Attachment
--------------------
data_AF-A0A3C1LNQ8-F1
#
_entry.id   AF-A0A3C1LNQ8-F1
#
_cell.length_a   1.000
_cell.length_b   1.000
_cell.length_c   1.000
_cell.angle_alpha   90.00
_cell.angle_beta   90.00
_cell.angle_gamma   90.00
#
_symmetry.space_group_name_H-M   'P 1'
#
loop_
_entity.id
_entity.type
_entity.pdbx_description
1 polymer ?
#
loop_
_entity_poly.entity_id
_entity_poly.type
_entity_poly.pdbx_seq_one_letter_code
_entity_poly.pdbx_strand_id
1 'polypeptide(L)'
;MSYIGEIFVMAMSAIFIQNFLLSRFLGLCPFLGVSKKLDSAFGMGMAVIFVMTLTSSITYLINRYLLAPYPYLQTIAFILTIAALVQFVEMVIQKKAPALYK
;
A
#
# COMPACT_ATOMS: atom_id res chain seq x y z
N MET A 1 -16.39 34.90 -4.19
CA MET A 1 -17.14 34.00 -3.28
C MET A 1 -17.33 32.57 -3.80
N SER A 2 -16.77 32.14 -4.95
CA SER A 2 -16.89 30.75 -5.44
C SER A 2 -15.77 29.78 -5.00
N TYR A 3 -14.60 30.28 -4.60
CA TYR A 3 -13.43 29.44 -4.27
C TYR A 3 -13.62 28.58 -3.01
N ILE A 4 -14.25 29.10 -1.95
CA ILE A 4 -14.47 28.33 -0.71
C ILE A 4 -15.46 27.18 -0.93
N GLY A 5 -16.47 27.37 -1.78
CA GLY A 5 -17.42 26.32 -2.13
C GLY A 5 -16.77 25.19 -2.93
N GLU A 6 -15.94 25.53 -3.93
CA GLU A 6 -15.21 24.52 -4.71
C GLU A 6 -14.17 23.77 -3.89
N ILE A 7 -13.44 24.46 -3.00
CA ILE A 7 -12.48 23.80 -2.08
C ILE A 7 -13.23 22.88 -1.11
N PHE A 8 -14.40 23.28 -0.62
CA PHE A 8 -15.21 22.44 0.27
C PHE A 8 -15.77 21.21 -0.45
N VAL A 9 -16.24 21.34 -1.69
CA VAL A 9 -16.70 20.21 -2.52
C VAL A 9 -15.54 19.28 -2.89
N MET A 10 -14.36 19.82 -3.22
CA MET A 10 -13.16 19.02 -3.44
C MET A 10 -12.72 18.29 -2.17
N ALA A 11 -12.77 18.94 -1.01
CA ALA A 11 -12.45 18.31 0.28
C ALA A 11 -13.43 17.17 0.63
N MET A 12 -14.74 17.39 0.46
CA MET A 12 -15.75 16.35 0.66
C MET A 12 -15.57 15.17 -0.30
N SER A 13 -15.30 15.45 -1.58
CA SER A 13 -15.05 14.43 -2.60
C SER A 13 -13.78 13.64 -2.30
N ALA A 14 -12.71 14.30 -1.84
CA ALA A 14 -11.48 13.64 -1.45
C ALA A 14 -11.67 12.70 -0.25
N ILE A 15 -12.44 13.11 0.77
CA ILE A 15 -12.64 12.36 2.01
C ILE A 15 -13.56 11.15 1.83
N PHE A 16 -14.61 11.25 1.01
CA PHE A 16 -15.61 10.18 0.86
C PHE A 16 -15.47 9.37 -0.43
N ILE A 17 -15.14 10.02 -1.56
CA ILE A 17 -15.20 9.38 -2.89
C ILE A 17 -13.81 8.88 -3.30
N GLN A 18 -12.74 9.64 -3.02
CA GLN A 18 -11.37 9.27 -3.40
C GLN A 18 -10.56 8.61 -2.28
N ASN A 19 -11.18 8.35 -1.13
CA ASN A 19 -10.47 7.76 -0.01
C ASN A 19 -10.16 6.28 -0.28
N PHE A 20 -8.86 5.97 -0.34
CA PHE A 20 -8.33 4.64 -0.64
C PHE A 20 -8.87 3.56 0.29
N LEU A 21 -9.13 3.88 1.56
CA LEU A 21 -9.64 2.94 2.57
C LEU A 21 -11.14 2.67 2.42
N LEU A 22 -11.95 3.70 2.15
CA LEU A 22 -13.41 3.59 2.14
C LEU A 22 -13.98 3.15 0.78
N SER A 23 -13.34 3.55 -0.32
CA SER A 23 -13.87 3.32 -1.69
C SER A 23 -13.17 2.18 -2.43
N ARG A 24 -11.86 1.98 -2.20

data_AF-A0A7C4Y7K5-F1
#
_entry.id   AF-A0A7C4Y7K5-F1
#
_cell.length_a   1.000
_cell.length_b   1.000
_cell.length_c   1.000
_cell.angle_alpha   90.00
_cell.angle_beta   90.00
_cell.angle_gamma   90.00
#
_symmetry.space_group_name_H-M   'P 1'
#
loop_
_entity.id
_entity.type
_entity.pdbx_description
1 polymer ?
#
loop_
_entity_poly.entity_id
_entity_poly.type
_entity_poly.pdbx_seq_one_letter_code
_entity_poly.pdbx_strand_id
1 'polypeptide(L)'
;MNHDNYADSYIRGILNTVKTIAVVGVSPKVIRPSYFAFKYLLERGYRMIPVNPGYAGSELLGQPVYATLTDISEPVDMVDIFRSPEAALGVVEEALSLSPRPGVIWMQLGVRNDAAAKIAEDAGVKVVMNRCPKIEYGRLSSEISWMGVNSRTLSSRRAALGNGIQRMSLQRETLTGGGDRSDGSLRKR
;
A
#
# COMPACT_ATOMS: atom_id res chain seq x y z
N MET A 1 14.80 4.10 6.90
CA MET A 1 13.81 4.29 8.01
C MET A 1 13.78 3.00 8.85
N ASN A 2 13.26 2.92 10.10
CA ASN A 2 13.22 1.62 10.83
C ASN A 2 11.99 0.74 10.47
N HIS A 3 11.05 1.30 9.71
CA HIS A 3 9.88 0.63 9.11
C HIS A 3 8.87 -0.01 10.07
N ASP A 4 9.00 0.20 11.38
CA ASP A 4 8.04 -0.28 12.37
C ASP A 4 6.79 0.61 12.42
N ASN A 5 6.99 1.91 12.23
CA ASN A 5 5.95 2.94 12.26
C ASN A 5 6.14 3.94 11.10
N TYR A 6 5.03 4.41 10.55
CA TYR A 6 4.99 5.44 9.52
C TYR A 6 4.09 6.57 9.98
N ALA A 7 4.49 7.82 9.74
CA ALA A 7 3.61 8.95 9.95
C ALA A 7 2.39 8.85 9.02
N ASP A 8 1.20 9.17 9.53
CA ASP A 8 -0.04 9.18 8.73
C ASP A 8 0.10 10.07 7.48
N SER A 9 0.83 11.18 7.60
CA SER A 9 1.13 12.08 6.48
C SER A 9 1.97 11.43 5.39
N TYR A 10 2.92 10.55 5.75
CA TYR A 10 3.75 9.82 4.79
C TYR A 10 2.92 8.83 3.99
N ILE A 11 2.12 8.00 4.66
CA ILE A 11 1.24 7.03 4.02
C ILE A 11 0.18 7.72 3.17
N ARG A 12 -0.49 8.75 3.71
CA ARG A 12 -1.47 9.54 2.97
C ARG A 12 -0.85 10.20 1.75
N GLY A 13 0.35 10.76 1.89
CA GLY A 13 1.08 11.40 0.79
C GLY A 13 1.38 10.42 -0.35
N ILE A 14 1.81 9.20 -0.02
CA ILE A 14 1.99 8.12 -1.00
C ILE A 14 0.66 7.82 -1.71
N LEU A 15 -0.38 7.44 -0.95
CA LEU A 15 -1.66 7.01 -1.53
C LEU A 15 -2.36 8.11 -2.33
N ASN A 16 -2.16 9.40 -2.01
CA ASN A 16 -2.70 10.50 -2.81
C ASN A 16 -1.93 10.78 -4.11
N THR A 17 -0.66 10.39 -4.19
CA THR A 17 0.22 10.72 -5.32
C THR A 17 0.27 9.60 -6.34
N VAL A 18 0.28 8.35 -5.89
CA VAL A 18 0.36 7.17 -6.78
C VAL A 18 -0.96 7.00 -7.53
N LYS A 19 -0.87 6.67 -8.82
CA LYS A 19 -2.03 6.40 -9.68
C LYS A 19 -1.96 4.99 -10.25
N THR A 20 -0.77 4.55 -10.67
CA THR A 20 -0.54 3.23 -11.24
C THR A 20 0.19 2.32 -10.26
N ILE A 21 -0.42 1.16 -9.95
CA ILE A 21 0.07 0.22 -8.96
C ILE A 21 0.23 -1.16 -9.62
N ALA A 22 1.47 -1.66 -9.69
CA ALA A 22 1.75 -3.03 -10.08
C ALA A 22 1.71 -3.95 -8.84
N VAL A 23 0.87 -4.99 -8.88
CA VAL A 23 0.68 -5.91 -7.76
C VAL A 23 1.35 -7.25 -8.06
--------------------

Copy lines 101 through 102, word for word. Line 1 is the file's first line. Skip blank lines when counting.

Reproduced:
data_AF-A0A7C4Y7K5-F1
#